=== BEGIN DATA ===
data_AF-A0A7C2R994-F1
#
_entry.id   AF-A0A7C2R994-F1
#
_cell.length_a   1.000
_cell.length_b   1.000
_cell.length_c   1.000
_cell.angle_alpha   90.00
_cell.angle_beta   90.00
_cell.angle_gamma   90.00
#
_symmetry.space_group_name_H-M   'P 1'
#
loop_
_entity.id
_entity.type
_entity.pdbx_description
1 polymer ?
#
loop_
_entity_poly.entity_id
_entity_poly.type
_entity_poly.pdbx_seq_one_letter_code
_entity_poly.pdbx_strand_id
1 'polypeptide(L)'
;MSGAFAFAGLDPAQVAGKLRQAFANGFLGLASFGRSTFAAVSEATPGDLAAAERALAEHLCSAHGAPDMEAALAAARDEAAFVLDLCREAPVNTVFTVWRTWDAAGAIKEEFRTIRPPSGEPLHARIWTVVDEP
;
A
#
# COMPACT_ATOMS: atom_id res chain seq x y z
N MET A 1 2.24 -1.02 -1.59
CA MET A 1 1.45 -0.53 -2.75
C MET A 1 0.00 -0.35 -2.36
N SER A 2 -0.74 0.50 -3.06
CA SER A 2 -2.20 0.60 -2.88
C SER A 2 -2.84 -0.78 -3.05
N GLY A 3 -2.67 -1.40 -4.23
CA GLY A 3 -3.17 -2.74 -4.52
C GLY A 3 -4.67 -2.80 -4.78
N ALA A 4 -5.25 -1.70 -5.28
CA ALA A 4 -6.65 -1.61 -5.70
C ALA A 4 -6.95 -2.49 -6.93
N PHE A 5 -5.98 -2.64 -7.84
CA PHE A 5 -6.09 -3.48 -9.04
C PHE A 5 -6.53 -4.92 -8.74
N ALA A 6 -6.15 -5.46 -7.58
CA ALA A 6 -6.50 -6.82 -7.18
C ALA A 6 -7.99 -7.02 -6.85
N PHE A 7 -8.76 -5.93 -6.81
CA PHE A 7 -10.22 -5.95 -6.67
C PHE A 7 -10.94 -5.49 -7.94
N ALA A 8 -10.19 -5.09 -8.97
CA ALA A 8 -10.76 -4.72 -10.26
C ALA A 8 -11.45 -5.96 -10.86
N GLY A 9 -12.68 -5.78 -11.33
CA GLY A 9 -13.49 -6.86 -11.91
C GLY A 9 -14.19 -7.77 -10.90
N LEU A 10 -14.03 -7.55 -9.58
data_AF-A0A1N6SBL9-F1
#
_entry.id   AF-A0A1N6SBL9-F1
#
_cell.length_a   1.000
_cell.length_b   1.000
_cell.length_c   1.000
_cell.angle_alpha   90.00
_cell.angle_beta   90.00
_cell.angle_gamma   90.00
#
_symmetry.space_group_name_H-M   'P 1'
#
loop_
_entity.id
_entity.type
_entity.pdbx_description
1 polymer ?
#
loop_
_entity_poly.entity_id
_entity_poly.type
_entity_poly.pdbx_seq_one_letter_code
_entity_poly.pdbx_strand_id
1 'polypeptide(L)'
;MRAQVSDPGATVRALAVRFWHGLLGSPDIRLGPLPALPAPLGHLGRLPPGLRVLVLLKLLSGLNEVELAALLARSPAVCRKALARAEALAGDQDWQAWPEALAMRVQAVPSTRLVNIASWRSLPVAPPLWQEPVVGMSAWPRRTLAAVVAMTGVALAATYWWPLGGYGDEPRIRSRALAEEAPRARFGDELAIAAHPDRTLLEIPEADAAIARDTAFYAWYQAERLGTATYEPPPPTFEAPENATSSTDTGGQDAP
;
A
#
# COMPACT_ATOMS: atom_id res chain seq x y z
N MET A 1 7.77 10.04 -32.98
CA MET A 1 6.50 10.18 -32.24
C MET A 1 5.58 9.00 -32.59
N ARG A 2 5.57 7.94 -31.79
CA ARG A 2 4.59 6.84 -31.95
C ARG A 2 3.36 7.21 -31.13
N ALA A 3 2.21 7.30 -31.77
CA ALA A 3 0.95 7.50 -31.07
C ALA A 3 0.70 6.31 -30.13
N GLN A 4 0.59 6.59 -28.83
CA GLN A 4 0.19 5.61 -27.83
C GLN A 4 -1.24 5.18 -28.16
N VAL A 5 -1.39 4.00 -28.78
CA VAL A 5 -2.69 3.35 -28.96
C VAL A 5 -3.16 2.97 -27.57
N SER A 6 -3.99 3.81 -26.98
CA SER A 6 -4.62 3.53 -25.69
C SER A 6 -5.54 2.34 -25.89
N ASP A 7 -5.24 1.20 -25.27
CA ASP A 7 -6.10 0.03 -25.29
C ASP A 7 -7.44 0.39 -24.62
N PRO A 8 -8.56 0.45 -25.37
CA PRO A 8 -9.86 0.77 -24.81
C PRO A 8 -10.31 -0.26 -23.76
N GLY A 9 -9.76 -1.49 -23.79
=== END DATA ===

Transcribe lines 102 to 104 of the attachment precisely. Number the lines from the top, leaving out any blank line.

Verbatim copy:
CA VAL A 5 -2.69 3.35 -28.96
C VAL A 5 -3.16 2.97 -27.57
N SER A 6 -3.99 3.81 -26.98